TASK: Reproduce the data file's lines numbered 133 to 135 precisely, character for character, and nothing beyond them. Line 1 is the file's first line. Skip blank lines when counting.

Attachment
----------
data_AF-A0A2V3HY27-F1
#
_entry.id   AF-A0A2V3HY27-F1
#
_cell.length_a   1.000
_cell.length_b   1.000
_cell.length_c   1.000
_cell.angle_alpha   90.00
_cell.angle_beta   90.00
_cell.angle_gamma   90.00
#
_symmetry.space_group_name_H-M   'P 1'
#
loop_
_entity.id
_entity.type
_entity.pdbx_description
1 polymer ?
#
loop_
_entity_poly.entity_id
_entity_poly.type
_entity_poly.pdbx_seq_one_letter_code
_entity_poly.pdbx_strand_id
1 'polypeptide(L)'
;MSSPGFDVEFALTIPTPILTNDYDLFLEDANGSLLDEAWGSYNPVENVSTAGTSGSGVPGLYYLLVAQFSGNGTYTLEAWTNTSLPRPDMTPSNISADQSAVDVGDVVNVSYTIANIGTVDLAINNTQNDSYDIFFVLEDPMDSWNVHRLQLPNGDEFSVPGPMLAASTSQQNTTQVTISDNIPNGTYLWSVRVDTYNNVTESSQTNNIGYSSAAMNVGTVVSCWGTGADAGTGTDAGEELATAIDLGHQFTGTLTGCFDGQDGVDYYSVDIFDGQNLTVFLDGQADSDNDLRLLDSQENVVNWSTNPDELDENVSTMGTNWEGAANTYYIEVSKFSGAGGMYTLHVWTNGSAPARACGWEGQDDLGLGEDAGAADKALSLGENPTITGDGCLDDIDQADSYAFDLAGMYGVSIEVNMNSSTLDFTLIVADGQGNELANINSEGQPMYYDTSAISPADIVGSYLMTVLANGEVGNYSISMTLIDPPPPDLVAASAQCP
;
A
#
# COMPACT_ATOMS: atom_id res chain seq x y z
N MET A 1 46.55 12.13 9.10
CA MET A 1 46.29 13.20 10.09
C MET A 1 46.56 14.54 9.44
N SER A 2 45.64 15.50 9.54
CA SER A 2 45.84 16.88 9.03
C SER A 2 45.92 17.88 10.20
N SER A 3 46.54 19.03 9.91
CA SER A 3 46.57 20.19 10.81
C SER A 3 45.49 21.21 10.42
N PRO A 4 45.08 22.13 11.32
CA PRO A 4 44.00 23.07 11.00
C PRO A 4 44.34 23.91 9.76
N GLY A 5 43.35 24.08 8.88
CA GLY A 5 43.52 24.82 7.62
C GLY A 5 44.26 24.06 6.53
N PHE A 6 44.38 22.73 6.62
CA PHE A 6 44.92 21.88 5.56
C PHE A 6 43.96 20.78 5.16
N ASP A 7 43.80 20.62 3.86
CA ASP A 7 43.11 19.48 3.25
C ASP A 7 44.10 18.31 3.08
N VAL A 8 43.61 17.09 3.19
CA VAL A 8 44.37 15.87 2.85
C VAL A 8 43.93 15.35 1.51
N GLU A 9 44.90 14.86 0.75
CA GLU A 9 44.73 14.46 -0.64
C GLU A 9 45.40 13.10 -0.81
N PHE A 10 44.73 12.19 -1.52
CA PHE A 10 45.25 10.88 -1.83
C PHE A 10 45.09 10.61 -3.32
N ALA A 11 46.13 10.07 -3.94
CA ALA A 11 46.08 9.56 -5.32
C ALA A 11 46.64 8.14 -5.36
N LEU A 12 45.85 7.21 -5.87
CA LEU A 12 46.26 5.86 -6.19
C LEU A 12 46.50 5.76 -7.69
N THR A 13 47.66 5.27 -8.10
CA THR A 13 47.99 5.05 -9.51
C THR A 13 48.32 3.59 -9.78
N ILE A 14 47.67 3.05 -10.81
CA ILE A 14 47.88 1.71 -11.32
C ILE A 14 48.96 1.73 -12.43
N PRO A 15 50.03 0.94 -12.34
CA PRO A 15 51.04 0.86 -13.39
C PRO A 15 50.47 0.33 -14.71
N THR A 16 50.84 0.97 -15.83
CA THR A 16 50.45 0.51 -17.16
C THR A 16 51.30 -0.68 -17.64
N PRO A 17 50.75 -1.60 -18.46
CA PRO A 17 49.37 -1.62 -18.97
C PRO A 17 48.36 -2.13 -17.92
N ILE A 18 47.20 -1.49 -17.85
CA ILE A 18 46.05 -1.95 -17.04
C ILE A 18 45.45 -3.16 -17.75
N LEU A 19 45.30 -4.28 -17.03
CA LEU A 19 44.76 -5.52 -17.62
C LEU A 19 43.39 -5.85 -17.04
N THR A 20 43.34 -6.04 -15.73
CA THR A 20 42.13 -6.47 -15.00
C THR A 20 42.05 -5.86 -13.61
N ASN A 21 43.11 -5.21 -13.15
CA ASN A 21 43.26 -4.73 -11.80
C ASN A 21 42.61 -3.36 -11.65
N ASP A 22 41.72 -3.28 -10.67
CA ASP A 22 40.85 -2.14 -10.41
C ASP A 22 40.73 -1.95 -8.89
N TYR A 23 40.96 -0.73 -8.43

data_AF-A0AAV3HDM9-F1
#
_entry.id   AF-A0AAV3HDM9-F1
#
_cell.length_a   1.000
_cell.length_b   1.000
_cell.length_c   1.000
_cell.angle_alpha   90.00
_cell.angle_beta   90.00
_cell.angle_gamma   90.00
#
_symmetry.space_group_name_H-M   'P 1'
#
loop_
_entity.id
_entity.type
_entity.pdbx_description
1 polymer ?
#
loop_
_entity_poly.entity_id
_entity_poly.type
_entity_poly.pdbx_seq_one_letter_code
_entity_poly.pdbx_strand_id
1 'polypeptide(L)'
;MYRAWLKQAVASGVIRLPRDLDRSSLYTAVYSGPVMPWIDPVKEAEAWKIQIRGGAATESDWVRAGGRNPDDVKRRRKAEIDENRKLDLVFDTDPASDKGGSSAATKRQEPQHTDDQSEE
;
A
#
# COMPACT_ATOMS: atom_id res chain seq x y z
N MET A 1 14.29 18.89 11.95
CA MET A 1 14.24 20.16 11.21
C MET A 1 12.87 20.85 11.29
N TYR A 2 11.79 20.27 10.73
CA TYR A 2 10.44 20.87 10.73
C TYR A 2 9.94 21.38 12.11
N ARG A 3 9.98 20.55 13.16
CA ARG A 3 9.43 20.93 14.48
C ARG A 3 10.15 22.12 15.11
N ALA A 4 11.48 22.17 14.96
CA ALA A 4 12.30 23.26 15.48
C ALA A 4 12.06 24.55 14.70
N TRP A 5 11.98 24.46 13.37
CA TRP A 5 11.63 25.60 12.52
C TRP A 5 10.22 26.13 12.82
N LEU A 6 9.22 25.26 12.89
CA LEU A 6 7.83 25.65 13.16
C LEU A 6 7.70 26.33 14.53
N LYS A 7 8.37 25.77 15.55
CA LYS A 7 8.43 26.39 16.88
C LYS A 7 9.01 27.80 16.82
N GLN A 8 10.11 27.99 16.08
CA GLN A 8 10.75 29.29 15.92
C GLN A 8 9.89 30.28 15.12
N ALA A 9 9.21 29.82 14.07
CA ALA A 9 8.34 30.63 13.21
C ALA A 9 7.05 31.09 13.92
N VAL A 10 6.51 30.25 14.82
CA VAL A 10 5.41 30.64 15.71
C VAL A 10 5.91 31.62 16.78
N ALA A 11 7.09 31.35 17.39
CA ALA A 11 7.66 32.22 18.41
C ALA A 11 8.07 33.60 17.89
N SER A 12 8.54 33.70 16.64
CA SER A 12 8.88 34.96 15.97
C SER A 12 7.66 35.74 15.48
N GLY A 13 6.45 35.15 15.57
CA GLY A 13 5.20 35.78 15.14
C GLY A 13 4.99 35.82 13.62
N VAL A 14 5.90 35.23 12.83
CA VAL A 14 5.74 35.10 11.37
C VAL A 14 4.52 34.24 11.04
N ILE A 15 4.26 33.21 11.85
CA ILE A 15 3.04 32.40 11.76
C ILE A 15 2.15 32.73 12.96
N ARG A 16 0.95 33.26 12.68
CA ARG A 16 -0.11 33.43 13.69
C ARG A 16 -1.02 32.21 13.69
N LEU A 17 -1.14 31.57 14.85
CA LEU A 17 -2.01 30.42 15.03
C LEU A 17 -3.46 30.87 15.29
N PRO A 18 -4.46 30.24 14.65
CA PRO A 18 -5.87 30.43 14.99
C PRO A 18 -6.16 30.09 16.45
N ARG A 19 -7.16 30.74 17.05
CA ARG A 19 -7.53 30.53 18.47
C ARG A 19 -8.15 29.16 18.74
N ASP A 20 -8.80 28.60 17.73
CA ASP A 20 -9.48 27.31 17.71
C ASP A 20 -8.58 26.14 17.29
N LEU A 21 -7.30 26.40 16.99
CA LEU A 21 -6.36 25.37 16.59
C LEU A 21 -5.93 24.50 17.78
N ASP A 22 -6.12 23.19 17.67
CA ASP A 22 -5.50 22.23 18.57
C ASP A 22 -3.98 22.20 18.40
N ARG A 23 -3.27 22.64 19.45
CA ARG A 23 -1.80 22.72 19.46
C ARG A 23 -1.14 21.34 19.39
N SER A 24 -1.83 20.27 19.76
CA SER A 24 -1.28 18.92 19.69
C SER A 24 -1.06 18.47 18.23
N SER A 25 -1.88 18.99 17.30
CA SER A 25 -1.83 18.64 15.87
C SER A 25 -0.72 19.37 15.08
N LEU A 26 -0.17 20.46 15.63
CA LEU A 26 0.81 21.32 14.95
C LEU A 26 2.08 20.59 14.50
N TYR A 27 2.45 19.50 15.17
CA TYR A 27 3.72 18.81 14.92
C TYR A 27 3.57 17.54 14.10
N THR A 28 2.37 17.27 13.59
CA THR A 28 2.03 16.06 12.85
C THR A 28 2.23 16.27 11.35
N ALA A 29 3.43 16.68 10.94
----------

C TYR A 2 9.94 21.38 12.11
N ARG A 3 9.98 20.55 13.16
CA ARG A 3 9.43 20.93 14.48